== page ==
The classic version of chess that has been longer in practice than the modern FIDE Chess that has been the Arabic "Shatranj". The game that is supposed to have developed from Indian "Chaturanga" has first appeared in Persia around the 7th century A.D.; and Shatranj remained immensely popular for the next nine (!) centuries, not only throughout the Arab world, but everywhere where people played chess back then. In comparison to that the mainstream chess of today is around for just five hundred years only.
So what is the real chess? If we are looking for "the real thing" and if we are bent on to care only for the original version of chess then we should start to consider to revive the one and only true chess: the "Shatranj".
That would be a difficult task, of course, taking into account the notorious immovableness of hard-core FIDE-Chess-players. But now the good news is: We do not need to tackle the very tricky task of putting new life into "Shatranj" since "Shatranj" is very much alive - by wearing the bright tropical colours of "Mak Rook Thai", the traditional chess throughout the main parts of South-East Asia.
|Coordinates of White Army:
King d1; Vezir e1; Rooks a1 / h1; Knights b1 / g1; Elephants c1 / f1; Pawns a2, b2, c2, d2, e2, f2, g2, h2.
Coordinates of Black Army:
King d8; Vezir e8; Rooks a8 / h8; Knights b8 / g8; Elephants c8 / f8; Pawns a7, b7, c7, d7, e7, f7, g7, h7.
The opening set-up is very similar to Shatranj - and to modern international chess too - , apart from two modifications. White King and White "Queen" - the companion of the King of Thai Chess is called "Met" in Thai language - have their positions reversed: That is different to modern chess and a 50-per cent-modification of the starting-out position of Classic Arab "Shatranj"; in "Shatranj" the Kings and Vezirs of both (!) armies have their positions reversed with regard to the initial array of FIDE Chess. Moreover the Pawns of Mak Rook Thai march into battle from advanced positions: row no. 3 (White) and row no. 6 (Black). Please see the diagram.
|Coordinates of White Army:
King d1; Met (Thai Chess-"Queen") e1; Rooks a1/ h1; Knights b1 / g1; Thai Chess-"Bishops" c1/f1; Pawns a3, b3, c3, d3, e3, f3, g3, h3.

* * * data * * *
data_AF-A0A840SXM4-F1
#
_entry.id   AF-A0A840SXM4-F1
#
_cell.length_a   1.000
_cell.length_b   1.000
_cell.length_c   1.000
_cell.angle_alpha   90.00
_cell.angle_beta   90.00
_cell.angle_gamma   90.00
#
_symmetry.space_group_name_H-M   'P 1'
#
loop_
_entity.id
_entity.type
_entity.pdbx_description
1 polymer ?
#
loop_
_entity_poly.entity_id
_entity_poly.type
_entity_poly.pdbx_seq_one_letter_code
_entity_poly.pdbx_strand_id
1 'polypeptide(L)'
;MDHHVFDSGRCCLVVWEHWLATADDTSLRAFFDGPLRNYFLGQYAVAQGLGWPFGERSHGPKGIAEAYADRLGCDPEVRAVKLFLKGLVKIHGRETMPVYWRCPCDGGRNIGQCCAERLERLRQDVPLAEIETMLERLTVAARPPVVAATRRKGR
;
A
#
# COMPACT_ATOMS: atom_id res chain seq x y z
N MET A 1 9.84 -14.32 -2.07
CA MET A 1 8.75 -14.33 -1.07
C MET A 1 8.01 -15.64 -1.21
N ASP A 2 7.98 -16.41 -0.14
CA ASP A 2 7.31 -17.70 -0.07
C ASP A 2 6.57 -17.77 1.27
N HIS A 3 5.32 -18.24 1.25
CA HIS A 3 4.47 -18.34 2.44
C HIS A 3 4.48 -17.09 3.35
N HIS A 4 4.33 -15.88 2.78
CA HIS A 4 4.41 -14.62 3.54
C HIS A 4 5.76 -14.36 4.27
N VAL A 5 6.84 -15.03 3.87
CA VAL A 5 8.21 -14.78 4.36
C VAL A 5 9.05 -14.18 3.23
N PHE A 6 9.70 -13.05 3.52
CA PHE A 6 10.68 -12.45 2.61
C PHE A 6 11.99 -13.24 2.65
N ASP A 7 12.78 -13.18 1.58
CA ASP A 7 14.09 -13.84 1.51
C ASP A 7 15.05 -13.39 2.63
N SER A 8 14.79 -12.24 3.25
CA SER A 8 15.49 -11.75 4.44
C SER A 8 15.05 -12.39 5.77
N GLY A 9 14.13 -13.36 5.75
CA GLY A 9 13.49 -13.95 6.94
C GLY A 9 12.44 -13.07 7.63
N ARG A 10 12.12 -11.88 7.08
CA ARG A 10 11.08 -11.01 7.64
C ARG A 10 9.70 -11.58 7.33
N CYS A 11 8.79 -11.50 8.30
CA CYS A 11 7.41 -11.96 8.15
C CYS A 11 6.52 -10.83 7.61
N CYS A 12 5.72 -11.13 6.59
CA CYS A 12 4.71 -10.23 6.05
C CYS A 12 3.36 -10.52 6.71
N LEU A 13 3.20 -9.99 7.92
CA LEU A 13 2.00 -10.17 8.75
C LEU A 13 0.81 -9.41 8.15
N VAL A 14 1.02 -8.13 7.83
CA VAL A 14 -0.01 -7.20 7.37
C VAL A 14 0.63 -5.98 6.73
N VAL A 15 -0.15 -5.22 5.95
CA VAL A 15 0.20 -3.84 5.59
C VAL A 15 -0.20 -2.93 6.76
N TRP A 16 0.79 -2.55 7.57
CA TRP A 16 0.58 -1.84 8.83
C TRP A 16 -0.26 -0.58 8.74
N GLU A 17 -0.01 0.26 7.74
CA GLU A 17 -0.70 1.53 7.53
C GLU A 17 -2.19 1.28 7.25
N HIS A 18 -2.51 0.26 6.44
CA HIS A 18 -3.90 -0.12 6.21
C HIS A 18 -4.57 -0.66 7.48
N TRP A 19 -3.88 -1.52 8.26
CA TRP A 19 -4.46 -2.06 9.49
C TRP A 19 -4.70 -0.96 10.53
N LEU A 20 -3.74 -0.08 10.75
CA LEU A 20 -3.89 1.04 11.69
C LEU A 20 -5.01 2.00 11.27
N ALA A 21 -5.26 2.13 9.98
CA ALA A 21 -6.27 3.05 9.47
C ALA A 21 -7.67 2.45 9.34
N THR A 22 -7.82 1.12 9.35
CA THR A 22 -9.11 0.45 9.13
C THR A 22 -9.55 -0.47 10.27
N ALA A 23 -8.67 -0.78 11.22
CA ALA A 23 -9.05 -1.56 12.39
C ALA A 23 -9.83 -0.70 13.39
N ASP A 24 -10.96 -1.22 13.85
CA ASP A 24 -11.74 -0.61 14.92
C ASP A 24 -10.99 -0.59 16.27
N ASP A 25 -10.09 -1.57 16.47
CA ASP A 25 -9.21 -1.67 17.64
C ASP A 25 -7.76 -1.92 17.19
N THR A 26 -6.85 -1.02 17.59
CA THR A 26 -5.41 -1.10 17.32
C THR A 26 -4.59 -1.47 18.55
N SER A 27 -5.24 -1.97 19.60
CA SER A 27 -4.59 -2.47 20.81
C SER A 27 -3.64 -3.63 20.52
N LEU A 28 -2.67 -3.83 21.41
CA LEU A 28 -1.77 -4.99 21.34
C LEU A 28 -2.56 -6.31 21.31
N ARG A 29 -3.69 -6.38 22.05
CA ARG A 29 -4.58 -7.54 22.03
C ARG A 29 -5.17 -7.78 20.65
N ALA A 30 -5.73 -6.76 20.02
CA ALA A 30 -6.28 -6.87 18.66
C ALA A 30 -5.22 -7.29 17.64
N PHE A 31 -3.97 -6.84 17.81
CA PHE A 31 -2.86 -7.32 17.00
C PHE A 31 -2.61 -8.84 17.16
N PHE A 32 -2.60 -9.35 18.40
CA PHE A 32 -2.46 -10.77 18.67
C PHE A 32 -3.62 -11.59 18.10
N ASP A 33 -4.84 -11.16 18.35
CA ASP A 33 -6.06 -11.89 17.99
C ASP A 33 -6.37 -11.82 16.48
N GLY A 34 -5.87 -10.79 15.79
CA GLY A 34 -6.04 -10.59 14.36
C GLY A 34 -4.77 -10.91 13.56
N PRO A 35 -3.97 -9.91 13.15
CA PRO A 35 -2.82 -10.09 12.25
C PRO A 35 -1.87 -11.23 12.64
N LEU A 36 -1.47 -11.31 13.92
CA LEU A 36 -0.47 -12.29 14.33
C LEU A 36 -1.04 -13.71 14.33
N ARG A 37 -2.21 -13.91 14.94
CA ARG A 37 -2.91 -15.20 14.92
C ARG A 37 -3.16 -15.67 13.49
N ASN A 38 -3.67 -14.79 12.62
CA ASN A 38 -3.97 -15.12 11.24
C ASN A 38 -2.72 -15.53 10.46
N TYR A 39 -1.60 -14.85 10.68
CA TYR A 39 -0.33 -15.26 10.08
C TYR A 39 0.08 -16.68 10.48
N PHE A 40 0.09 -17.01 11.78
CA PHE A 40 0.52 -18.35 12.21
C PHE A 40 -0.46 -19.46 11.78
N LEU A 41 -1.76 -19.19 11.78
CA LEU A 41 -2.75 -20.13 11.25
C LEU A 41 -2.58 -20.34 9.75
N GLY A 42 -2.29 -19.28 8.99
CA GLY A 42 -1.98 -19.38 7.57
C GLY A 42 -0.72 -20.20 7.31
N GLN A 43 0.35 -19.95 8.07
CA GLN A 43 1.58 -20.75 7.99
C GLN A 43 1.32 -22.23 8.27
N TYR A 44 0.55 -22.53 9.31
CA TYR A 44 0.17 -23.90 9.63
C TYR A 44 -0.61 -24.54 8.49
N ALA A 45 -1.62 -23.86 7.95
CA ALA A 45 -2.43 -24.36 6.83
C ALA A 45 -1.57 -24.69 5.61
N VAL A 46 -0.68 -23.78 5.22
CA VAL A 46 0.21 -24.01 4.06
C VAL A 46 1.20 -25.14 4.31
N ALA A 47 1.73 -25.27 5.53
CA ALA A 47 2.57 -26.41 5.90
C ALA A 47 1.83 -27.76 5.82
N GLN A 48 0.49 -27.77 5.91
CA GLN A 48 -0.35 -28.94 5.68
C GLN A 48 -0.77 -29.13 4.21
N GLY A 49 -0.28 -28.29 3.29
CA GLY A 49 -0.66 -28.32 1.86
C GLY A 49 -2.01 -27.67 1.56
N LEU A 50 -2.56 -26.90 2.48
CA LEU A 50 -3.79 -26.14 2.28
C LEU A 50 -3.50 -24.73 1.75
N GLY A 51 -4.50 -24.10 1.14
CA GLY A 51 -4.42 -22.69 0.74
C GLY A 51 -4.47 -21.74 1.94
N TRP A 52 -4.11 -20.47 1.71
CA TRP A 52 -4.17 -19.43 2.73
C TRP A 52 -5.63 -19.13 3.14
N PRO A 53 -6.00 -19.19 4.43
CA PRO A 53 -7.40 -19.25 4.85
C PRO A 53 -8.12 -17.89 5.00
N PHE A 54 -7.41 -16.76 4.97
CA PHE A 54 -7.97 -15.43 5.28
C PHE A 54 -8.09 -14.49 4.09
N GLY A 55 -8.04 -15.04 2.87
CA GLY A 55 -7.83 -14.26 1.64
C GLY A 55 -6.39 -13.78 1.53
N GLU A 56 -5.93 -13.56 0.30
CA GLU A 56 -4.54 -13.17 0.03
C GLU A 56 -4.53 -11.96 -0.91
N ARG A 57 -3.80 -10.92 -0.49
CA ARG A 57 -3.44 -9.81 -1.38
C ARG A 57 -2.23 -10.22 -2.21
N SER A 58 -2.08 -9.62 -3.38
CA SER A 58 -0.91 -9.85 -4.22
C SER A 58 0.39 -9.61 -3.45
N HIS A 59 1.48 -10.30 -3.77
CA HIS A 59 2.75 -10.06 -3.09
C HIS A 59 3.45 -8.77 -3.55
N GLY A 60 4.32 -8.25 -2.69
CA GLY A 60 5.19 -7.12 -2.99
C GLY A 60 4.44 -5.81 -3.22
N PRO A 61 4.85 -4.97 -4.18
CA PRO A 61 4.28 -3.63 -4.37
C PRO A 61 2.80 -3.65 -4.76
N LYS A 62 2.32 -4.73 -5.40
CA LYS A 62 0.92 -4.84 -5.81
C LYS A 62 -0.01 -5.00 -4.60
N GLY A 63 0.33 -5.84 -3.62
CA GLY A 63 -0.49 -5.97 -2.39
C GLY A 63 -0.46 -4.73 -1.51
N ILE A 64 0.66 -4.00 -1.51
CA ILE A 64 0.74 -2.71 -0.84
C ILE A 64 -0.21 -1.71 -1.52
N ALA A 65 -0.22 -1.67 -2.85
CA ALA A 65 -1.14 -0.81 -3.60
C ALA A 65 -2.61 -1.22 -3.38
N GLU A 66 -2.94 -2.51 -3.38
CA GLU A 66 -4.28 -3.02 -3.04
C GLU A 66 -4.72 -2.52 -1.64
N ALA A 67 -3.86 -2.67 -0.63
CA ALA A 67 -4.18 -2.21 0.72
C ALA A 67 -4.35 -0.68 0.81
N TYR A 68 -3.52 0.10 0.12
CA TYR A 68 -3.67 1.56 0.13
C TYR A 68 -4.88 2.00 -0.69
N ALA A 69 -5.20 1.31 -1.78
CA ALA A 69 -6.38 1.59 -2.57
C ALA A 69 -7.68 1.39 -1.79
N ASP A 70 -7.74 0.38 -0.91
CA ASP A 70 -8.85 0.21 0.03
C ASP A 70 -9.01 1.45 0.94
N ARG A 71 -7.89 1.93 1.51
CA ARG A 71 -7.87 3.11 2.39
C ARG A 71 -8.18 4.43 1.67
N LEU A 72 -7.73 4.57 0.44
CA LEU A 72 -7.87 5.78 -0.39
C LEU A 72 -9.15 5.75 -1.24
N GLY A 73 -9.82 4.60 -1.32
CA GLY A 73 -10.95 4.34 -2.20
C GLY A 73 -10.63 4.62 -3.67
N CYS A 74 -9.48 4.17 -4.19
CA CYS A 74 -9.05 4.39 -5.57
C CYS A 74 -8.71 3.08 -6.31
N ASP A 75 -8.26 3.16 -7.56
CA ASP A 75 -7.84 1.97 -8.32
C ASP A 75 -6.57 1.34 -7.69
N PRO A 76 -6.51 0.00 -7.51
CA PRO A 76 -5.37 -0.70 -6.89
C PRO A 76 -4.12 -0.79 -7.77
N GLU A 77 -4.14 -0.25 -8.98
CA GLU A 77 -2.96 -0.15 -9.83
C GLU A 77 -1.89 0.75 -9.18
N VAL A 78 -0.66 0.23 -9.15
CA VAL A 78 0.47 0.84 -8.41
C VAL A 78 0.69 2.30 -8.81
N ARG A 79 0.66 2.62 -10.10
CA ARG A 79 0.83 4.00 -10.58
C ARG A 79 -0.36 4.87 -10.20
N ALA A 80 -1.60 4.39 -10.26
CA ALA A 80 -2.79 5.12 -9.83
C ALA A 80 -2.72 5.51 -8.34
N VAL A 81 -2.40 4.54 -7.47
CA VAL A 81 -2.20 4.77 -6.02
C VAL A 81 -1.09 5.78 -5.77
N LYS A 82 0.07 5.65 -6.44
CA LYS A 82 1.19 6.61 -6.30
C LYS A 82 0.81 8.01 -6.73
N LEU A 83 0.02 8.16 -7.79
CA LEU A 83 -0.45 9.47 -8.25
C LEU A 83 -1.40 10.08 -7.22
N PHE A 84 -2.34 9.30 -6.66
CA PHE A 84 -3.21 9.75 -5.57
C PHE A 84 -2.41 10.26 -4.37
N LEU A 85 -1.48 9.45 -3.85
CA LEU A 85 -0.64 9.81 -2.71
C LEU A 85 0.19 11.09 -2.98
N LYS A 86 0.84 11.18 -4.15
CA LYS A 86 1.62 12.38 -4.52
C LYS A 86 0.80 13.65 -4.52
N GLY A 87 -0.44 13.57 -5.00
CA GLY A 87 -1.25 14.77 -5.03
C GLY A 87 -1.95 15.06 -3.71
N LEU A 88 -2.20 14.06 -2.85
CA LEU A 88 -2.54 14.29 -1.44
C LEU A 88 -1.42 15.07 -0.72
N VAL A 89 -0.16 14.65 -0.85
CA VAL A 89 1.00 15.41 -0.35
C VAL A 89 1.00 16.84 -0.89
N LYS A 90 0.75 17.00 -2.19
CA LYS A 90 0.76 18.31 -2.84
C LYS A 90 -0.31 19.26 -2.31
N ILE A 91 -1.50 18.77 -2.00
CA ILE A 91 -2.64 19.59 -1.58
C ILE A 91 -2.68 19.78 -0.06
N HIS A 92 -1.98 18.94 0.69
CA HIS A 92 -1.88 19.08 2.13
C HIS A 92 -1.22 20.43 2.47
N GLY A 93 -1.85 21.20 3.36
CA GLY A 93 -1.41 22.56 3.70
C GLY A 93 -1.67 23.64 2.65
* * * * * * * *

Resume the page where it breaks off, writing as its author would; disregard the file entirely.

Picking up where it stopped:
Coordinates of Black Army:
King e8; Met (Thai Chess-"Queen") d8; Rooks a8 / h8; Knights b8 / g8; Thai Chess-"Bishops" c8 / f8; Pawns a6 , b6 , c6 , d6 , e6 , f6, g6, h6.
|White: Ka1; Nf6 ; Rh7;
Therefore it is no surprise that the "Checkmate of the Arabs"-constellation happens fairly often in Thai Chess (which has been the case in Arab Chess too, of course, since it is the scenario of Shatranj where the "Checkmate of the Arabs" derives its name of).
So the fact that the "Checkmate of the Arabs" is a common pattern in Thai Chess can be considered as being a clear indicator for the deep-rooted relationship between Thai Chess and Arab Chess.
In many cases it is just the threat of a fancy variation of the "Checkmate of the Arabs"-constellation that can decide countless games in Thai Chess. See the following example of a match of Mak Rook that has been played in the German Diaspora of Thai Chess: between two "Farang" (Thai language; in English: "foreigners") that have tried to unravel the mysteries of that fascinating variant of chess by a series of test matches.
White: Torsten Mendel
Black: Dr. René Gralla
Training competition; October 19th, 2003; Hamburg/Germany, Café "Transmontana"
If that would have been FIDE Chess, that response would have been called "Fred Defence": 1.e4 f5 pp. ... .
2.Nb1-d2 Ng8-f6 3.f3-f4 Nb8-d7
Black resorts to the "High Horse Defence" - with the Knight f6 being the "High Horse".
In contradiction to Black's "High Horse Defence", White has chosen the "Low Horse"-battle order- with the two "low" Horses sitting on d2 and e2.
4. ... Q*d8-c7 5.B*f1-f2 e6-e5 6.f4xe5 d6xe5 7.B*f2-f3 Q*c7-d6 8.g3-g4? ...
White would have liked to exchange the g-Pawn at the right flank against the more central Black Pawn f5. In principle an exchange like that is favourable to the party that trades off the Pawn on the flank against the central Pawn. The problem in this case here: The exchange does not materialize since Black's f-Pawn simply moves on one step further, thus transforming that infantry unit into a thorn in White's flesh.
8. ... f5-f4 9.Rh1-f1 g6-g5
Back-up for the Black's outpost on f4.
Still shocked after 8. ... f5, White breaks out of step: Without being forced to do so, 10.c4? ...creates a horrible weakness on d4.
10. ... B*c8-c7 11.B*c1-c2 c6-c5?